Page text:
Venezuela Investor Group Says Creditors Must Be Treated Equally
(Bloomberg) -- A group of investors holding more than $8 billion of bonds issued by Venezuela and its state-owned companies said that nation must treat its creditors equally, and it won’t support any debt restructuring that doesn’t.
The committee, which is being advised by Mark Walker of Millstein & Co., said in a statement Monday that it wishes to put the nation “on notice that it will hold Venezuela and PDVSA responsible for all costs and expenses incurred in investigating all defaults and pursuing any and all remedies available,” and “commits to seek to resolve Venezuela’s debt problems in a way that will assure fair treatment of all creditors of equal rank.”
While the nation has missed almost $4 billion of payments coming due since last year, it has managed to stay current on a few bonds that it views as a strategic priority, raising objections from holders of the other notes. The nation -- mired in its worst-ever recession -- is subject to U.S. sanctions aimed at restricting financing for President Nicolas Maduro’s regime, meaning American investors are prohibited from engaging in a debt restructuring.
The few payments that have made their way to investors include $107 million in interest due in April from state oil company Petroleos de Venezuela on secured bonds that mature in 2020, and a $90 million payment in February on notes maturing in 2022, securities that have become known as “hunger bonds.”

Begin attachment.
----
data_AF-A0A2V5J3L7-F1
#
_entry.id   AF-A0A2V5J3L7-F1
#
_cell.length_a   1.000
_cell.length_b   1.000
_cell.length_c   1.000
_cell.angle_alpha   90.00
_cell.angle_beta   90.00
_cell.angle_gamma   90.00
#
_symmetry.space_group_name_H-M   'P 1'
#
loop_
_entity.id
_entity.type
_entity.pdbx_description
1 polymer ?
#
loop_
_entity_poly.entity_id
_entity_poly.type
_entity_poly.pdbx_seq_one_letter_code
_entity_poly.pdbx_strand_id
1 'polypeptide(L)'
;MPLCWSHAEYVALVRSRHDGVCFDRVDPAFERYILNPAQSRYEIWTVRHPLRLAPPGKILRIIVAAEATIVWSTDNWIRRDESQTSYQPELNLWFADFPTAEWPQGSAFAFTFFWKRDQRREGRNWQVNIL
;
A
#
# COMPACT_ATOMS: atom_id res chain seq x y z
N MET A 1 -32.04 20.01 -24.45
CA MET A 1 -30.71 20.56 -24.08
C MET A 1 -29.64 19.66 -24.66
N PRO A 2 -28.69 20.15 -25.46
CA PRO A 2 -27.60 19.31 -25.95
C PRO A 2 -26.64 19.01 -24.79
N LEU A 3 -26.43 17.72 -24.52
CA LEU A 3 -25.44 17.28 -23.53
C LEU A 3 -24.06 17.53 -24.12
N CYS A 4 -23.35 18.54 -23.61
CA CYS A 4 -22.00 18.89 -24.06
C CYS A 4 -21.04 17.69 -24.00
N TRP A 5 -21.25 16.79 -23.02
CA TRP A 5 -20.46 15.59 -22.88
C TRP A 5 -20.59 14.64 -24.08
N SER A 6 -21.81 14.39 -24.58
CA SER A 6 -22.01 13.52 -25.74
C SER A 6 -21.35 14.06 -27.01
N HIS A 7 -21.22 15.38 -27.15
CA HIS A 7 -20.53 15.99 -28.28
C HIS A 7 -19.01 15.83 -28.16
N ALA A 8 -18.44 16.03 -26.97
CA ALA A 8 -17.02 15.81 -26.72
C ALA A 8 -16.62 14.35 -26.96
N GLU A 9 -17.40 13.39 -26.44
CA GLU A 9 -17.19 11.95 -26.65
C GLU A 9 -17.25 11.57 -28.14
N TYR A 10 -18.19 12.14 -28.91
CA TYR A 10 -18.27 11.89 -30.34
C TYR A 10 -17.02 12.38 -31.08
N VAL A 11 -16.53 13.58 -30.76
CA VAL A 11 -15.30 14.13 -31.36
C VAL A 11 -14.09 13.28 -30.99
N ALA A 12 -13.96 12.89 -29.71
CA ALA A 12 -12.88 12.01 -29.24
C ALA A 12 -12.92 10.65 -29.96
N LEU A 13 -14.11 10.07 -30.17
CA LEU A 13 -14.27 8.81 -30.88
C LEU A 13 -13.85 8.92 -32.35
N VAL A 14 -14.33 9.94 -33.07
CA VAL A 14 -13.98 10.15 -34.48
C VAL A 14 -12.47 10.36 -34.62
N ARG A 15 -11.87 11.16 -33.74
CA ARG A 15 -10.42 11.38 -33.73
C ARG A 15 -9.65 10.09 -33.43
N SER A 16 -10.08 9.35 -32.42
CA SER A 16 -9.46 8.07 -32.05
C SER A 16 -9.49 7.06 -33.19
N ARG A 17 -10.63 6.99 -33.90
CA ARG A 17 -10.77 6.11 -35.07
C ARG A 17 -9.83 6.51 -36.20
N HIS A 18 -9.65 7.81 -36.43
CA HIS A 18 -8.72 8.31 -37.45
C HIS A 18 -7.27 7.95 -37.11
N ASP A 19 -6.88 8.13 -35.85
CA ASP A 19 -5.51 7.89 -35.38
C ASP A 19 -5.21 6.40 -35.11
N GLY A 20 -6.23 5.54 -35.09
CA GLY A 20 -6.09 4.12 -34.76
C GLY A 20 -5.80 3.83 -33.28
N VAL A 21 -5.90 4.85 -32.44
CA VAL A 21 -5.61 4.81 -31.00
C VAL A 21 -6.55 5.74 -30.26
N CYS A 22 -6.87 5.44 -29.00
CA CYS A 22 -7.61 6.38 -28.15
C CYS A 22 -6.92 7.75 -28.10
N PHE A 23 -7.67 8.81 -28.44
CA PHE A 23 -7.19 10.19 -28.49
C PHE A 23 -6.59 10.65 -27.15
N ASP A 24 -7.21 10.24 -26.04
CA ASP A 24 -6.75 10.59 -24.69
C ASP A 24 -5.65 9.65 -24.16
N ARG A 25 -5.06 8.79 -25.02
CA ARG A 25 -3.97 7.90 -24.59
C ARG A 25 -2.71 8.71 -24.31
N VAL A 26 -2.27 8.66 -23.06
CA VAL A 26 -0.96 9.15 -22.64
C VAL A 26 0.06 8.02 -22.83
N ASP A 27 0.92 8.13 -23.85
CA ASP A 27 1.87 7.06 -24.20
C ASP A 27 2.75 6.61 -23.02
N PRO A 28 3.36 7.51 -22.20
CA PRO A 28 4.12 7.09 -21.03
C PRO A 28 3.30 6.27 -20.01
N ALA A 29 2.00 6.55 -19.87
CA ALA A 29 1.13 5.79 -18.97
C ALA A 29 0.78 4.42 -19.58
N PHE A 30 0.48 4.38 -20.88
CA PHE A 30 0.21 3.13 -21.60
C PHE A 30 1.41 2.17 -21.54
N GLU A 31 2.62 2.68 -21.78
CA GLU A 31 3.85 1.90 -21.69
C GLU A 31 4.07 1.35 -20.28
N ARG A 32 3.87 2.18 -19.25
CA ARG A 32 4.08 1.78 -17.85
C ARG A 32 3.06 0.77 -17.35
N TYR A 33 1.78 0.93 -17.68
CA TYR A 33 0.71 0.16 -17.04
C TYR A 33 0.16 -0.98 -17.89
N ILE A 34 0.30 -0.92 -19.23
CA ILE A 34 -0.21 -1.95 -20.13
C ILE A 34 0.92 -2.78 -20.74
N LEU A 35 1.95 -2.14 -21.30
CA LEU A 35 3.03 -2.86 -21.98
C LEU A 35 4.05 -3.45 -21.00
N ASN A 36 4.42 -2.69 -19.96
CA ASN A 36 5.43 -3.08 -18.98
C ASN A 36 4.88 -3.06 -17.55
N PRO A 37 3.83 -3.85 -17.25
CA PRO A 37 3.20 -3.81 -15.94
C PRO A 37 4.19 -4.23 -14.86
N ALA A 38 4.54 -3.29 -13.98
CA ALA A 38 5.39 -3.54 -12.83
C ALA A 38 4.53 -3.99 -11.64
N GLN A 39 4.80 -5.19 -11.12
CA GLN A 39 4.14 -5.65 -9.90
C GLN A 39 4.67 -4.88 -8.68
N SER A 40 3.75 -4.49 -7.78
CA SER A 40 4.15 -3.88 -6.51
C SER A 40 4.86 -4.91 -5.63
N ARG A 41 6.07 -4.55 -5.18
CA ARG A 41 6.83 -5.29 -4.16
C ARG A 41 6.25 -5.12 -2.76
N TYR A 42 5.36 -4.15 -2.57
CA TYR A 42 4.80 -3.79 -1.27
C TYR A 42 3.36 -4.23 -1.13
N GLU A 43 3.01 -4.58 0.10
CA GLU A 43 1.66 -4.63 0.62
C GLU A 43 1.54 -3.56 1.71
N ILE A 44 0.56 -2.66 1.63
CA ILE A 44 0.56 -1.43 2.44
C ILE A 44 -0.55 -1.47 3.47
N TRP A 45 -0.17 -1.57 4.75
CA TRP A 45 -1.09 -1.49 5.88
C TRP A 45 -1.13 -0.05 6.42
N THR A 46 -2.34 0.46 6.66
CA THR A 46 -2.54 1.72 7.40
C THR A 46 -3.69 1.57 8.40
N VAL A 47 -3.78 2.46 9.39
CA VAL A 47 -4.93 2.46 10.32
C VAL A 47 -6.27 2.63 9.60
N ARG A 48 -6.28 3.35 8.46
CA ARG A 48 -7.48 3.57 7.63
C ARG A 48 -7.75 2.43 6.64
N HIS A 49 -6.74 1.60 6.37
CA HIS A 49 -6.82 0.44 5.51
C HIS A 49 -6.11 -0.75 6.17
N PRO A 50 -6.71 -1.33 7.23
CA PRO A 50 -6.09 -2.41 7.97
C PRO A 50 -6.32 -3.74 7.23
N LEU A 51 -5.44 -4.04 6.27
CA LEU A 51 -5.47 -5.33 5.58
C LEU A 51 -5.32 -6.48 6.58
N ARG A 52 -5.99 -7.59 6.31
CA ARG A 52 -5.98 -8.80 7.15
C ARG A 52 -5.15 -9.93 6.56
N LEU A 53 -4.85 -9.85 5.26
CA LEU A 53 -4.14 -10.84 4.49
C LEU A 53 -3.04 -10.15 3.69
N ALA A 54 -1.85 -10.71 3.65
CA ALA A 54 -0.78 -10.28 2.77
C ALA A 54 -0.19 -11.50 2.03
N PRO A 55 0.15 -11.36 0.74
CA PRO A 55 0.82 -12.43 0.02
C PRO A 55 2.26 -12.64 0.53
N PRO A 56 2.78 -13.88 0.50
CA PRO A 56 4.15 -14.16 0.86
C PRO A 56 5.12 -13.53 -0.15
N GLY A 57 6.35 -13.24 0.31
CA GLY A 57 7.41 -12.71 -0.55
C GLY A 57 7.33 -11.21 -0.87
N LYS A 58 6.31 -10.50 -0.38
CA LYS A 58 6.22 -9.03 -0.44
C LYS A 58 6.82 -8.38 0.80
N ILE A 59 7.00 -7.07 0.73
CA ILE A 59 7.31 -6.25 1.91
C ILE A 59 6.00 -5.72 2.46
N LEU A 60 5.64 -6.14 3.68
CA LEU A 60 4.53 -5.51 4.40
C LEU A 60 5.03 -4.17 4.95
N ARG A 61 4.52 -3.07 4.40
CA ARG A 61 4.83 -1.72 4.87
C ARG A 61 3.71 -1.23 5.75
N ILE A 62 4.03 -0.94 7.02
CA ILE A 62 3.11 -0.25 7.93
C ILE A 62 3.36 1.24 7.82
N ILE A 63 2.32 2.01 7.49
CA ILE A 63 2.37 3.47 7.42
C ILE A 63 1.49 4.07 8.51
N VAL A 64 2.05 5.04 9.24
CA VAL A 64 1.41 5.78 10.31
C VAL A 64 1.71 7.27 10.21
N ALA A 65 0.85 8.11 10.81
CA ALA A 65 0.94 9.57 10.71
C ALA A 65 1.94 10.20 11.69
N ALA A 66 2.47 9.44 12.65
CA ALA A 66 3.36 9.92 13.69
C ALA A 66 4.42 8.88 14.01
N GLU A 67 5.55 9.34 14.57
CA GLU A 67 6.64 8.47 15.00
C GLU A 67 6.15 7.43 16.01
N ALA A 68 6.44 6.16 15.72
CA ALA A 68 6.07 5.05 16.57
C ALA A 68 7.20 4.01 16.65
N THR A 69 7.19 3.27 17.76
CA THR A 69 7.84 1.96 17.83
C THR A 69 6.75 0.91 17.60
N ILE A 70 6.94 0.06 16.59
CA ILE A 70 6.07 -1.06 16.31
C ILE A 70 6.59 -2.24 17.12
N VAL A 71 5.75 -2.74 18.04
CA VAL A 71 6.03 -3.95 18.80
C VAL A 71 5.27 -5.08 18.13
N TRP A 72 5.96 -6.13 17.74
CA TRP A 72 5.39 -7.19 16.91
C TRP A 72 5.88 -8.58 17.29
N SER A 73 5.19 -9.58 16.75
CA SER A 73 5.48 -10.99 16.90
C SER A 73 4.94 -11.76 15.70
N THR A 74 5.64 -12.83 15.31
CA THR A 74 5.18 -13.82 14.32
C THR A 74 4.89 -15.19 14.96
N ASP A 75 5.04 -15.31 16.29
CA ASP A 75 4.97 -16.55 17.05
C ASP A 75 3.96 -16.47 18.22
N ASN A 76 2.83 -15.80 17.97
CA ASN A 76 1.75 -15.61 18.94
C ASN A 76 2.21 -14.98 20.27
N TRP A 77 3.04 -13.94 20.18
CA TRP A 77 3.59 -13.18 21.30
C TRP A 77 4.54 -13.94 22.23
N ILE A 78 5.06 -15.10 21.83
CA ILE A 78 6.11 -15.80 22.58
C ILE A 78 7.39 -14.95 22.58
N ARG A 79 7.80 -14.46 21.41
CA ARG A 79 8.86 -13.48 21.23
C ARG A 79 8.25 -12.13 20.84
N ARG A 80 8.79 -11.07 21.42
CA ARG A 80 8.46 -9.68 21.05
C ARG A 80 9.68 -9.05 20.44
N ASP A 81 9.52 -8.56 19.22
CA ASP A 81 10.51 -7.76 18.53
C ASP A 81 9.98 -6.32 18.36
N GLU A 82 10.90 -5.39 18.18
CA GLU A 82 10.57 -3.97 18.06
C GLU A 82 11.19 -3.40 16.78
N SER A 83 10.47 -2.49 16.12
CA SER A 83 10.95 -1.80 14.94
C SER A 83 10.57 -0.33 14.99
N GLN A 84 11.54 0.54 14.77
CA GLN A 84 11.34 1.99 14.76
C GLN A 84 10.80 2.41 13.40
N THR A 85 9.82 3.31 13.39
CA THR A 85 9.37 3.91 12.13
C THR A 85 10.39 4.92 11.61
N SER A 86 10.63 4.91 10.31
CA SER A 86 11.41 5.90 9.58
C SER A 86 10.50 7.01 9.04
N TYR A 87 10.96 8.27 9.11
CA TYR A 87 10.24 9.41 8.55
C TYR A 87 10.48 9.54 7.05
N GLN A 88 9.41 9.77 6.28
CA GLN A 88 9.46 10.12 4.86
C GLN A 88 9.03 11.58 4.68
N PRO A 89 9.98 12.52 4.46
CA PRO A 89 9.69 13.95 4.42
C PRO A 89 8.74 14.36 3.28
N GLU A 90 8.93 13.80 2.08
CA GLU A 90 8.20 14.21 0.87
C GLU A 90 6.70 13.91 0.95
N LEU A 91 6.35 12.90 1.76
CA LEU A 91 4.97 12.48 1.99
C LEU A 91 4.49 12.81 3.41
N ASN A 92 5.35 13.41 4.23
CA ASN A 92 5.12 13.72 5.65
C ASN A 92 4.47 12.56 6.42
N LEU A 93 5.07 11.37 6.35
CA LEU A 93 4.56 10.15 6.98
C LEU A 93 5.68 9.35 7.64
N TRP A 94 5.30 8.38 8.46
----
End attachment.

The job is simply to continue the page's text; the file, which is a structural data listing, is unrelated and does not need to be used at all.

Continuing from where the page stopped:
The group said in the statement that it won’t support any debt workout that doesn’t provide “for comparable recoveries for all similarly situated creditors.”
Bloomberg reported in April that the Millstein group has about 15 members, mostly long-term investors rather than hedge funds. The biggest publicly reported holders of Venezuela and PDVSA bonds include Fidelity Investments, BlackRock Inc. and Allianz SE. They were among those said to have been included when the group was first organizing.
The nation’s bonds have plunged below 30 cents on the dollar since Maduro announced in November that he’d seek to renegotiate the nation’s debt, and then failed to clarify any details of his plans to investors.
A resolution for bondholders may be nowhere in sight after Maduro secured another six-year term in elections last month. Still, they’ve grown restless despite limited options. Some of PDVSA’s secured creditors hired law firm White & Case LLP to advise them, while a group that owns more than 15 percent of Venezuela’s 2034 bonds hired Mark Stancil of Robbins, Russell, Englert, Orseck, Untereiner & Sauber LLP to "evaluate multiple enforcement actions” on their notes.
While bondholders have remained in limbo, some companies owed money by the state have pushed ahead with efforts to pressure it into repaying. White Beech SNC, a Delaware entity holding $25 million of unpaid promissory notes that were originally issued by PDVSA to SNC-Lavalin Group Inc., sued the oil company in May for repayment on principal and interest. ConocoPhillips obtained court orders freezing PDVSA assets in the Caribbean, blocking the company from using its terminals in the region.
If their efforts prove successful, that “may begin a race to the bottom for strategic assets outside of Venezuela,” Cleary Gottlieb Steen & Hamilton LLP attorneys Richard Cooper and Boaz Morag wrote in a report last month. “If this risk materializes, a cascade of litigation and enforcement actions against the Republic and PDVSA is likely to follow.”
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